Thursday, July 12, 2012

THE Jacket Again

Well, when you just keep wearing a garment, it does wear out.  This is one I keep resurrecting every spring now.  This time it was a blown out pocket that required patching.  Here you see the hole next to the last repair that resulted in a lace applique.  A little tricky because it was the bottom of the pocket and I wanted it to be solid enough to push my hands into another 20 years.  So, I am going to take y'all through the steps I used.

Other than my sewing machine, iron, and the hole, here is what I needed for the repair...
  • iron-on woven interfacing
  • an old left-over flower applique with Stitch Witchery fusible web already applied
  • not shown: non-stick ironing sheet (keeps the glue away from the iron!)

1.  I cut the woven interfacing to fit the inside bottom of the pocket, all the way to the lace flower applique, which overlapped the pocket edge.

  2.  I cut the stitching along the bottom and side edge of the pocket so that I could insert the interfacing properly.  Then, I ironed the pocket (from the right side, following directions for fusing interfacing) to fuse the interfacing to the back side of the pocket.  Once cooled, placed the flower applique where I wanted it to be and pressed just the pocket (not the garment front) to fuse it to the pocket flap.  I lifted the pocket flap to sew on the flower applique.  This did require care so as not to be sewing through both the flap and the jacket front behind the flap.  Remember that it was already sewn down previously.  I did not want to  shorten or close off the pocket any further.  Luckily, I was able to sew it all in as planned.  The lines for the zig-zag design were drawn on to the flower piece with a white pencil.  I sewed some of them through both layers of fabric where the two appliques overlapped.  The flap was lifted away for the rest of the flower patch.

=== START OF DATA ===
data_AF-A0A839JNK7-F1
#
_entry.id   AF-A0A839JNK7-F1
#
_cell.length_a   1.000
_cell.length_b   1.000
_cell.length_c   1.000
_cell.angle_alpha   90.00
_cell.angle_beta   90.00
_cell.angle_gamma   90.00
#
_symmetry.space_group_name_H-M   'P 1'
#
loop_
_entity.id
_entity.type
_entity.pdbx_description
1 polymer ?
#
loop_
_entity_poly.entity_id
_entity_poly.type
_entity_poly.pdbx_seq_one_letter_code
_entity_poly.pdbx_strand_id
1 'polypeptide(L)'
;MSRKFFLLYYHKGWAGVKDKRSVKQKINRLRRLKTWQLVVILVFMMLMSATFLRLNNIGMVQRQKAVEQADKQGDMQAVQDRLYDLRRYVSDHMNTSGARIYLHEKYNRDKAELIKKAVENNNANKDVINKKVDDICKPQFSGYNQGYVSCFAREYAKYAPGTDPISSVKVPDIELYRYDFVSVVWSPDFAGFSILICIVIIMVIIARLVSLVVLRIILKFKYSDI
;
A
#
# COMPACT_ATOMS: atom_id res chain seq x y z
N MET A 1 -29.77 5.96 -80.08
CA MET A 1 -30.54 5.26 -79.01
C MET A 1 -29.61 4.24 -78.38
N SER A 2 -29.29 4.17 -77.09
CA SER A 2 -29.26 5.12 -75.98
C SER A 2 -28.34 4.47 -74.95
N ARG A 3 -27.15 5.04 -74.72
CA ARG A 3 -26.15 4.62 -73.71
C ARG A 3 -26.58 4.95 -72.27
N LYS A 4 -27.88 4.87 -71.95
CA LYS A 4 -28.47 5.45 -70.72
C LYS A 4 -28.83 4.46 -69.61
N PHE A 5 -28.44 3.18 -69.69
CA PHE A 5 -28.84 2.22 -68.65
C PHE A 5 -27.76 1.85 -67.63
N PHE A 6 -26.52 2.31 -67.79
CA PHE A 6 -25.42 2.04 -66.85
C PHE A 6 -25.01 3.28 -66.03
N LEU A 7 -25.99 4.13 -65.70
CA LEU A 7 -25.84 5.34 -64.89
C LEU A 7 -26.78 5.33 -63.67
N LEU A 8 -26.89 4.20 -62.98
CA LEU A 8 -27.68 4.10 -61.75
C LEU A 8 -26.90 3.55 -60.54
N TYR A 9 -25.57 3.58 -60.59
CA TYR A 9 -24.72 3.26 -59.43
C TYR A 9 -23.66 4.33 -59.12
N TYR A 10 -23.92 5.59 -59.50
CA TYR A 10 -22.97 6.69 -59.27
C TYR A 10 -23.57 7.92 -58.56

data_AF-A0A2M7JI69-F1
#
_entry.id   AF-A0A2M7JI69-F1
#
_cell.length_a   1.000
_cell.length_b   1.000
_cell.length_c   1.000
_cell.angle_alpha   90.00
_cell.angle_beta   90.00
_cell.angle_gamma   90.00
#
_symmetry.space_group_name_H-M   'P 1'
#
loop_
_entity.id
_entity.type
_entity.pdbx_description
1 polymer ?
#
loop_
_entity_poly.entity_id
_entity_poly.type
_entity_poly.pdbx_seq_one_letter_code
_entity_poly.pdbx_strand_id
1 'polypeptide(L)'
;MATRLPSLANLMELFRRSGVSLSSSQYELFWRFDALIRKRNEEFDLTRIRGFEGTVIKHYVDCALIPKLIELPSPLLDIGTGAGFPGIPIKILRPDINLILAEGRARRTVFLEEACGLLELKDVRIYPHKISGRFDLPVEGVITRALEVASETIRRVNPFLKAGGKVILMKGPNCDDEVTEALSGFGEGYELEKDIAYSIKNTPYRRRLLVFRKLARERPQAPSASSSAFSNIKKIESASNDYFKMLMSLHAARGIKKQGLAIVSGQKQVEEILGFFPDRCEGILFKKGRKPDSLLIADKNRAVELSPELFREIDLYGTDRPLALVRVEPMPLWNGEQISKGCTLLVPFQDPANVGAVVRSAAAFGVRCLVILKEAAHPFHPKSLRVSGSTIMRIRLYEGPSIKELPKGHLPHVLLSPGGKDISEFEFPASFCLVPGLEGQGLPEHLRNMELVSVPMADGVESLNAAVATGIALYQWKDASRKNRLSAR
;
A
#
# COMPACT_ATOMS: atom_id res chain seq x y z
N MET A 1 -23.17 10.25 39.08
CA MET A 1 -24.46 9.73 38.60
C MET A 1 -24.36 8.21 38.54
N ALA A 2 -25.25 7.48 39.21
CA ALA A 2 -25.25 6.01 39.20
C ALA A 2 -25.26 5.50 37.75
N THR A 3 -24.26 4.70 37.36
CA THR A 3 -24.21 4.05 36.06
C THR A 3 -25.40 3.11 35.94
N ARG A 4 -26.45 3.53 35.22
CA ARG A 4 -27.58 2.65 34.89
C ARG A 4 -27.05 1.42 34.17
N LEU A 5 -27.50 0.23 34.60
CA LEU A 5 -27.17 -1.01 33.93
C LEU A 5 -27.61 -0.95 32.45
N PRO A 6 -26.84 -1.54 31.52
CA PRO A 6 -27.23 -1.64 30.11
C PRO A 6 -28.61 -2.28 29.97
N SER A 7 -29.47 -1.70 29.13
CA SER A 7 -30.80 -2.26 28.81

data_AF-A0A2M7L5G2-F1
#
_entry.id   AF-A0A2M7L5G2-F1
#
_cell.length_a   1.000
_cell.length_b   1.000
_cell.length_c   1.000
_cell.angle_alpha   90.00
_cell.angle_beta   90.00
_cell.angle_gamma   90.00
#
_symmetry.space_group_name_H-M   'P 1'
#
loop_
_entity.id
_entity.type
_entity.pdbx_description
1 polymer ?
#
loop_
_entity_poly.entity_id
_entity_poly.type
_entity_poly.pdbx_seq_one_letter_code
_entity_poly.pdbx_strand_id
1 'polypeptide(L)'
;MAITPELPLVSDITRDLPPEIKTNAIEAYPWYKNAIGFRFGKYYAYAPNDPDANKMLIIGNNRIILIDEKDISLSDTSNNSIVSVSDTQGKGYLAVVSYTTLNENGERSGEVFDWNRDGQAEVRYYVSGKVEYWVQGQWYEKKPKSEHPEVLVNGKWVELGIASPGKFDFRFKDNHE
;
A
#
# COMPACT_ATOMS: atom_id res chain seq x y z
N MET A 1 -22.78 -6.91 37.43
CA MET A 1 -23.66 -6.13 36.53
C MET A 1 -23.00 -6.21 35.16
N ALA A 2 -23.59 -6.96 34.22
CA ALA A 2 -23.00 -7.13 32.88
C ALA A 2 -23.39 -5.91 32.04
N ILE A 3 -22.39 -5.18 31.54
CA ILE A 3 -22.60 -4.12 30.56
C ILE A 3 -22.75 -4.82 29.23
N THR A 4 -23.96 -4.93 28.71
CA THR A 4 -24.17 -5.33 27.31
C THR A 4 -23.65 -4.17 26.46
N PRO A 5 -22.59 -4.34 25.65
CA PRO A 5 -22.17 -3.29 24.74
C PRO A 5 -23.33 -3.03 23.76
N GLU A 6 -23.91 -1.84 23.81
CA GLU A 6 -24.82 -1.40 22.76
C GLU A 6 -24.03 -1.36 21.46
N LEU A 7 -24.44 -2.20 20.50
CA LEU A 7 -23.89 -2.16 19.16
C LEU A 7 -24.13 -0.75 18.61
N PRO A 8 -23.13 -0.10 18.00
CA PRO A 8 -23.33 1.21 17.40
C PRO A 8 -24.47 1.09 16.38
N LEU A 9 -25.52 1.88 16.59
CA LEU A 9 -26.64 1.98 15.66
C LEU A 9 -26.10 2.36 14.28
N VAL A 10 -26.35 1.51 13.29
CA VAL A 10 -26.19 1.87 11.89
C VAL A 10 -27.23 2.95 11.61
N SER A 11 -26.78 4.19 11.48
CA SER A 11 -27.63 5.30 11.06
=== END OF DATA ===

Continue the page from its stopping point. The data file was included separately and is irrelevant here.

3.  Once that was done, I wanted to make sure that the interfacing would not separate from the fabric, even through years of pocket pushing and washings.  I assured this by stitching back and forth across the area where the interfacing backed the pocket.  All that was left after this was to replace the pocket in position and sew it on along the original pocket line.

Now my well-worn and loved jacket can keep on for another season, and hopefully years to come.  Every time I wear this jacket I am reminded of my beautiful granddaughter, who is now a grown woman.  In this jacket, she lives on as the tiny tot who was so enchanting and stole my heart.

For the story about this garment, read this blog:  THE Jacket story

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